David De Rosa, from Greenpeace in Chicago, expressed his concern caused by the recognition that, due to realistic constraints, all chemicals cannot be tested for endocrine disruption. Therefore, he noted, he hoped that scientists would be able to learn from the EDSTAC's screening and testing program how to make educated guesses about classes of chemicals, and that scientists would apply that knowledge in anticipating any effect, not just adverse effects. Mr. De Rosa stated that the screening and testing program should look at chemical substances or mixtures, as well as their breakdown products, with which people come into contact on a daily basis. He encouraged the prioritization process to use production volume figures, and requested that any chemical proven to be an endocrine disruptor be banned.
Bill Holland, of Illinois Public Interest Research Group, stated his concern about the potential hazards of minute doses of endocrine disrupting chemicals, noting that damage from exposure may not be apparent until much later in an organism's development process. He stated that his organization urged the adoption of both the "precautionary principle" and zero exposure tolerances. Mr. Holland added that industry should be responsible for showing that their chemicals are safe before approval, use, and release into the environment. Furthermore, he requested EPA make significant and easily understandable efforts to educate the public on endocrine disruption issues, chemicals being tested, and the endocrine disruptor screening and testing process.
Angel Cohoon, also of Greenpeace, offered great concern regarding the effects of endocrine disruptors on early stages of development, especially due to fetal exposure from chemical substances or mixtures present in pregnant mothers. She urged the Committee to consider using the "precautionary principle" and to immediately phase out any chemical proven to be an endocrine disruptor. Despite economic and practical difficulties, Ms. Cohoon expressed confidence that scientific ability existed to eliminate proven endocrine disruptors.
Barbara Alexander Malarky, of the Waste Handlers Network, praised Illinois EPA's efforts on hormone disruption publications to date. She urged that the Committee's prioritization process place significant emphasis on the cumulative and synergistic effects of endocrine disruptors, and that it not look at chemicals in isolation. Ms. Malarky expressed concern regarding the effects of waste incinerators, especially from the disposal of dioxin and cows, due to the potential for interaction of airborne endocrine disrupting chemicals.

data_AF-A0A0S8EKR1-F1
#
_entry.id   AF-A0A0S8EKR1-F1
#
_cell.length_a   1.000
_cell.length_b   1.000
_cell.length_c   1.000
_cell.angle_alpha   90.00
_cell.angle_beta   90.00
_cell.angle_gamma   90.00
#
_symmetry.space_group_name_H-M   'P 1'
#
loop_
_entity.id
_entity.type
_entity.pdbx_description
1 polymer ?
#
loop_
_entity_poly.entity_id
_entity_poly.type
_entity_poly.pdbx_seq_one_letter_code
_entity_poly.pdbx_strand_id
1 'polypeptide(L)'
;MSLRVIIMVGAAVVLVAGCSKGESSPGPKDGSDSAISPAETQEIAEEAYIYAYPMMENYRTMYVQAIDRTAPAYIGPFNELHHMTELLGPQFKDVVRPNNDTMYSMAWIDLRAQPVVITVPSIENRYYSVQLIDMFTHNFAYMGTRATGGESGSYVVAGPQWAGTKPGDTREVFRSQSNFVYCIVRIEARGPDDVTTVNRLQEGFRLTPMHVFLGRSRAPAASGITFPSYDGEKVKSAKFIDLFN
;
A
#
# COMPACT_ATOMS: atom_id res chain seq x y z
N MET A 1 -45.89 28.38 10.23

Tracy Easthope, from the Ecology Center of Ann Arbor, recommended to the Committee that all proceedings of the International Joint Commission and their science advisory board be included as part of the official proceedings of the Committee. She noted that persistence is an important criteria to consider in the screening and testing program, and that testing should be sensitive sentinel species as an "early warning system" in order to avoid economic and human health/environmental costs. In addition, she questioned the scientific ability to send a chemical definitively to the Stop Box as indicated in the Conceptual Framework. Ms. Easthope encouraged the Committee to look at research indicating that the timing of exposure has significant implications for endocrine disrupting effects, including synergies and seasonal variations, due to the fact that toxicity differs depending on stage of development and health of the organism at the time of exposure (e.g., fetal exposure from mother's body burden). She expressed concern about: limitations on exposure detection due to the state of the science; the Committee's working definition of an "endocrine disruptor"; and the potential for a lack of clarity about screening and testing results (e.g., whether or not a chemical substances or mixtures is an endocrine disruptor if results of T1S or T2T are mixed). Finally, Ms. Easthope emphasized the importance of risk assessment considerations in the Committee's development of a screening and testing program, as well as the need to constantly reevaluate the effectiveness of whatever tools are designed to address the endocrine disruptor issue.